Super Bowl: How the NFL Made It a Phenomenon
This Sunday’s game is poised to become the most-watched TV program in U.S. history as the NFL has driven viewership records through improved cooperation with TV networks and marketing to women.
NEW YORK – The NFL has used improved cooperation with and among its TV network partners, marketing to women and patriotic themes to expand its viewership, the LA Times said Friday.
All this has helped the league reach audience records for the regular season and should make this Sunday’s Super Bowl showdown between the Pittsburgh Steelers and Green Bay Packers the most-watched Super Bowl and the most-watched TV program in U.S. history, beating last year's game, which drew 106.5 million viewers, the paper said.
The Super Bowl has long be the biggest TV event of the year, but the NFL has worked to strengthen its franchise and boost interest even in regular season games in recent years.
Importantly, TV networks that carry NFL games used to compete against each other, but nowadays tell one bigger story by working together to hype the league via shared highlights and more cross-promotion, according to the Times. And networks credit the NFL for ensuring big games every week in its scheduling. "It has become a science over the past four years; that was not the case in the past," NBC Sports Group chairman Dick Ebersol told the Times.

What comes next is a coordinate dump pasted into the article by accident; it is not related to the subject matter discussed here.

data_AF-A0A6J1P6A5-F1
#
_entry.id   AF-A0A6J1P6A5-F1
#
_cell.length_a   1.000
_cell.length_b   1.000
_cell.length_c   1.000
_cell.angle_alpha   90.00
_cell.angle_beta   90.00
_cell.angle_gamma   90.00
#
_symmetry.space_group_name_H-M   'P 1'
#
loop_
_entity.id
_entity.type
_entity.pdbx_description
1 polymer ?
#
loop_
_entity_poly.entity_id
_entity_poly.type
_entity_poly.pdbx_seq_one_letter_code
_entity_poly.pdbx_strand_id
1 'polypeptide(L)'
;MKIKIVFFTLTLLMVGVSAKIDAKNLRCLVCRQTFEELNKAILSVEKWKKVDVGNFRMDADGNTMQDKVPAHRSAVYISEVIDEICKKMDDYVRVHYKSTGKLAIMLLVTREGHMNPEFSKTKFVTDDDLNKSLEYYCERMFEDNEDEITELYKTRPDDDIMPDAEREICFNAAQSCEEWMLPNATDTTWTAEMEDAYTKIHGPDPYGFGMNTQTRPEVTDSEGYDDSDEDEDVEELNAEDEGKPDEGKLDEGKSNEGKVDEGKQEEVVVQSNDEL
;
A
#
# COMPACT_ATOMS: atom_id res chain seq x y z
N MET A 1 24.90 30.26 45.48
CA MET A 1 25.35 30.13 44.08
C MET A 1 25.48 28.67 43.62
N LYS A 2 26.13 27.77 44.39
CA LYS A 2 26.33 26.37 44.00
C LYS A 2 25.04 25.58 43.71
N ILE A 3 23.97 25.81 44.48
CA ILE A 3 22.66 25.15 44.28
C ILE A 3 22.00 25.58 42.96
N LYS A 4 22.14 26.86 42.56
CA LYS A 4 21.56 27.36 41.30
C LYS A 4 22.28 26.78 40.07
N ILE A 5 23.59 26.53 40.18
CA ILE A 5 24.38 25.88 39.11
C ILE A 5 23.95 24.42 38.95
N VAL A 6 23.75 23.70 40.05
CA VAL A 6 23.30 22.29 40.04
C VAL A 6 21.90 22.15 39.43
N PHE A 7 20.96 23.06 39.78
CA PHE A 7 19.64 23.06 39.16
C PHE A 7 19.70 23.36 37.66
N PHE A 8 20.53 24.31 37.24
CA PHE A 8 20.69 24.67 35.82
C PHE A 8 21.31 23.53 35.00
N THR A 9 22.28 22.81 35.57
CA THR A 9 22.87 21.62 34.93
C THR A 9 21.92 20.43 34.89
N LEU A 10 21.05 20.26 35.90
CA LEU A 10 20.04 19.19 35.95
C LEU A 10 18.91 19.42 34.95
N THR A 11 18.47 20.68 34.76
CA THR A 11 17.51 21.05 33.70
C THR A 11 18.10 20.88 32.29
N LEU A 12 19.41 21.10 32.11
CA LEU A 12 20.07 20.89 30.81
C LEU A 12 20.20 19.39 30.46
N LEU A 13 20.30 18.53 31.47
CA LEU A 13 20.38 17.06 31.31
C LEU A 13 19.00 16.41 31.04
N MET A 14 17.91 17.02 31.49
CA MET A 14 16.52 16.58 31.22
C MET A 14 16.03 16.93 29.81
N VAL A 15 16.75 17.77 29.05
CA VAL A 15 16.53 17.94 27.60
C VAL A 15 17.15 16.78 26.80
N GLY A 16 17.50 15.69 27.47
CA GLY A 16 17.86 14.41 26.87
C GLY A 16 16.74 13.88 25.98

Many credit the leadership of NFL Commissioner Roger Goodell and Mark Waller, the football league's first chief marketing officer who describes football as "America's last great campfire," with elevating audience interest.
Female viewership for NFL games has increased more than 20 percent compared with five years ago, the Times said, citing ratings data from ESPN, Fox, CBS and NBC.
Like in NBC’s Olympics coverage, this has been achieved by offering more off-the-field storylines about players, coaches and even cities, such as the post-Katrina struggles of New Orleans, which hosted last year's Super Bowl.
Speaking about the Super Bowl’s possible audience record, Daniel Durbin, an associate professor at USC's Annenberg School for Communication & Journalism, told the Times: "It has been one of the most profoundly effective media and public relations events that has ever been built in the United States."